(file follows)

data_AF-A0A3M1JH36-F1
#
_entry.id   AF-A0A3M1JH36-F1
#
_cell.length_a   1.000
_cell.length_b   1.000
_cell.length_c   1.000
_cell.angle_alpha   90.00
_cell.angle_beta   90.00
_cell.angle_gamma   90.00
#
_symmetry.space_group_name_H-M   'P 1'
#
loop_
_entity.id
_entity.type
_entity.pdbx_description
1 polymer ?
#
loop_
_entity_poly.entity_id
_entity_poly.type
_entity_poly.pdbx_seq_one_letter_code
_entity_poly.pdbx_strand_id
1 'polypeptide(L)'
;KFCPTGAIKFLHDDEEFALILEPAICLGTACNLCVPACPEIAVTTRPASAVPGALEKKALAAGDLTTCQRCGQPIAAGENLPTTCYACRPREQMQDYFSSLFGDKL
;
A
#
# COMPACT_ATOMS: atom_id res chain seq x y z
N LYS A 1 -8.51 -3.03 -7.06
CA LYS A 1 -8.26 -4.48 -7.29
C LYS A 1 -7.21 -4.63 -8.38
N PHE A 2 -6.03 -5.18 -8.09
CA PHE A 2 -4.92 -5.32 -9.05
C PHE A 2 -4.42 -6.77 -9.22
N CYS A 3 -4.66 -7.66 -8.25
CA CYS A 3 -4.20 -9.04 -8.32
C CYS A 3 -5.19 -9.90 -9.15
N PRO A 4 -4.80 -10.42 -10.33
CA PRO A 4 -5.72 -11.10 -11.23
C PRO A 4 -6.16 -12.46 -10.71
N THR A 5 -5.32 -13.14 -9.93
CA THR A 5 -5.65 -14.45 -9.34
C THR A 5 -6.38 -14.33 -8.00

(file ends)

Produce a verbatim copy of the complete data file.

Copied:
data_AF-A0A3M1JH36-F1
#
_entry.id   AF-A0A3M1JH36-F1
#
_cell.length_a   1.000
_cell.length_b   1.000
_cell.length_c   1.000
_cell.angle_alpha   90.00
_cell.angle_beta   90.00
_cell.angle_gamma   90.00
#
_symmetry.space_group_name_H-M   'P 1'
#
loop_
_entity.id
_entity.type
_entity.pdbx_description
1 polymer ?
#
loop_
_entity_poly.entity_id
_entity_poly.type
_entity_poly.pdbx_seq_one_letter_code
_entity_poly.pdbx_strand_id
1 'polypeptide(L)'
;KFCPTGAIKFLHDDEEFALILEPAICLGTACNLCVPACPEIAVTTRPASAVPGALEKKALAAGDLTTCQRCGQPIAAGENLPTTCYACRPREQMQDYFSSLFGDKL
;
A
#
# COMPACT_ATOMS: atom_id res chain seq x y z
N LYS A 1 -8.51 -3.03 -7.06
CA LYS A 1 -8.26 -4.48 -7.29
C LYS A 1 -7.21 -4.63 -8.38
N PHE A 2 -6.03 -5.18 -8.09
CA PHE A 2 -4.92 -5.32 -9.05
C PHE A 2 -4.42 -6.77 -9.22
N CYS A 3 -4.66 -7.66 -8.25
CA CYS A 3 -4.20 -9.04 -8.32
C CYS A 3 -5.19 -9.90 -9.15
N PRO A 4 -4.80 -10.42 -10.33
CA PRO A 4 -5.72 -11.10 -11.23
C PRO A 4 -6.16 -12.46 -10.71
N THR A 5 -5.32 -13.14 -9.93
CA THR A 5 -5.65 -14.45 -9.34
C THR A 5 -6.38 -14.33 -8.00